Indonesia police seize tiger skin, deer genitals

Channel NewsAsia 17 Oct 16;

MEDAN, Indonesia: Three Indonesian men have been arrested for allegedly trading in protected species, with police seizing animal parts including a tiger skin, deer genitalia and pangolin scales, an official said Monday (Oct 17).

The suspects were caught over the weekend after an undercover police operation at a hotel in the city of Medan on Sumatra island, which is close to national parks that are home to a panoply of exotic animals.

Police posing as buyers met one of the men, who agreed to sell a tiger skin for 70 million rupiah (US$5,350) before he was arrested.

Indonesian wildlife officials show off seized animal parts, including a tiger skin, deer genitalia, snake skins and pangolin scales, in Medan. (Photo: AFP/Gatha Ginting)

Authorities later found three kilograms (6.6 pounds) of scales from critically endangered pangolins in his car, which he said he planned to sell for 36 million rupiah to two friends.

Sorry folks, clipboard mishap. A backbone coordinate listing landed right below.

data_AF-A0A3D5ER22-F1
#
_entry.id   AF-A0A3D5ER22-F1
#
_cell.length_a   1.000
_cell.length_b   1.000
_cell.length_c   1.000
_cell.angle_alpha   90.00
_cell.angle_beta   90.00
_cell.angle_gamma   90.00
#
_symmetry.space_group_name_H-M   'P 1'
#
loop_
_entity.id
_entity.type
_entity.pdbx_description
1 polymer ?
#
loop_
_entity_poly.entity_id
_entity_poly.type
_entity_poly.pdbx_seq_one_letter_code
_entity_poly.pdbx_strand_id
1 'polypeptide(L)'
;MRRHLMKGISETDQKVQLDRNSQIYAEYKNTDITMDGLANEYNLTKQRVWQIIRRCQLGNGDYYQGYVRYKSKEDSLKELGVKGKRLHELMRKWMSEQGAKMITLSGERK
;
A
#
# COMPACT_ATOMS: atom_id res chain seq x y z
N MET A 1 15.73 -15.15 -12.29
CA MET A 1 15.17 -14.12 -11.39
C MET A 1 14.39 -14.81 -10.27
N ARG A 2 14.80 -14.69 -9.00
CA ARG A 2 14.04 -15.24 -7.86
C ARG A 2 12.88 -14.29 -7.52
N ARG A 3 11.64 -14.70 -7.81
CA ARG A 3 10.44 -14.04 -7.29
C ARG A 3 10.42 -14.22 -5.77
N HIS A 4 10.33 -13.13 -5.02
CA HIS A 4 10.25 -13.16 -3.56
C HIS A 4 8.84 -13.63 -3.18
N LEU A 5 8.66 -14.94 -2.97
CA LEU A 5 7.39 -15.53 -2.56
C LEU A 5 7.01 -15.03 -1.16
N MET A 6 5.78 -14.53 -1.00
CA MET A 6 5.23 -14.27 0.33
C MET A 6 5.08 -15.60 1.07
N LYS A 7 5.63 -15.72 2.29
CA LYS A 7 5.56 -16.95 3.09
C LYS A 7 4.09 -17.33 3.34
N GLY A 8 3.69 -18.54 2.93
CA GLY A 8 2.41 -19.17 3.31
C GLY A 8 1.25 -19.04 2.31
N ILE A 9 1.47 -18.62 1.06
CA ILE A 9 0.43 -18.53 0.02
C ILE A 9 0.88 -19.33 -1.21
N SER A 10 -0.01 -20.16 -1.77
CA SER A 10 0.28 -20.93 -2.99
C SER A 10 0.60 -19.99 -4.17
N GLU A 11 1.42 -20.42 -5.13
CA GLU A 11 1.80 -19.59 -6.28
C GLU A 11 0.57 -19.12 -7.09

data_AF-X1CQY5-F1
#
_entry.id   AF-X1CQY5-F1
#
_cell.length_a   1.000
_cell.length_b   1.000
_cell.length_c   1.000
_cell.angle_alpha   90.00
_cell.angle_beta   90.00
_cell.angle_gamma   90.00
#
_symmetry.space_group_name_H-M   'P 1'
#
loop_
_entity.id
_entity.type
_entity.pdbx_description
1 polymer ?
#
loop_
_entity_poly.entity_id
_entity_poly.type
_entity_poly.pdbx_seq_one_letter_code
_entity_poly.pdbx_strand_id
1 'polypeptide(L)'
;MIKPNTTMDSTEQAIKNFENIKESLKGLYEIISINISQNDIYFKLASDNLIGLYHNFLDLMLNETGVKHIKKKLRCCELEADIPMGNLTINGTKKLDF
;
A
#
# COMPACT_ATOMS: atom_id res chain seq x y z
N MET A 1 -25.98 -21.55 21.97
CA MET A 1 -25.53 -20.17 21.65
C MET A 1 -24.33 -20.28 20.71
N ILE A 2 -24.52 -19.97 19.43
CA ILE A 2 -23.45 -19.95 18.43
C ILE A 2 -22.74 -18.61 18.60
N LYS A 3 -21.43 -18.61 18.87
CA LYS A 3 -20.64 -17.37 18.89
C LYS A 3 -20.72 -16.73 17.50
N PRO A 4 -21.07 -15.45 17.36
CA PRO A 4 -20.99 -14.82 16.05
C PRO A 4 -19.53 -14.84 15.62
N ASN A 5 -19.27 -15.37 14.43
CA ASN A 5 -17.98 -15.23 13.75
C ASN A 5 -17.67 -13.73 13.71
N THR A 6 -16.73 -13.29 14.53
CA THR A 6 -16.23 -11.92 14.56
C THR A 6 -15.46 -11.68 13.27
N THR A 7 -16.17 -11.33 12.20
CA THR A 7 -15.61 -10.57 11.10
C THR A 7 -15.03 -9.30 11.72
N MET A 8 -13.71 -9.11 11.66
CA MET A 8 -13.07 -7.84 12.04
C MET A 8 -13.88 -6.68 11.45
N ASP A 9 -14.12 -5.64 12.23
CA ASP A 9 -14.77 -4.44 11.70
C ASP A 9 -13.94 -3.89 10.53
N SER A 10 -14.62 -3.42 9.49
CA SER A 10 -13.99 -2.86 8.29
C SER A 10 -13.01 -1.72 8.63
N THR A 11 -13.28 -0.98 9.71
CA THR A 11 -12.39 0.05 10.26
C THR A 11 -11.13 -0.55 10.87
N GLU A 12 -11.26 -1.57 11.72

Pangolins, known as "scaly anteaters", are the world's most heavily trafficked mammal and a global wildlife conference last month voted to ban all trade in the creatures.

The two friends were then caught, and were found to be in possession of genitalia from protected deers, snake skins, and turtle shells, police said.

The men are accused of breaking laws on possessing and trading in protected animals.

Indonesian wildlife officials show off seized animal parts, including a tiger skin, in Medan. (Photo: AFP/Gatha Ginting)

"They face up to five years in jail and a fine of up to 100 million rupiah," Toga Habinsaran Panjaitan, from the local police special crimes unit, told reporters.

Indonesia, the world's biggest archipelago of over 17,000 islands, is one of the world's most biodiverse nations and its vast expanses of jungle are home to numerous endangered animals.

But many are under threat as poachers increasingly target them for their body parts, which are regarded as edible delicacies and used in traditional Chinese medicine.

Their habitats are also being obliterated by rapid expansion of palm oil and pulpwood plantations.

- AFP/hs

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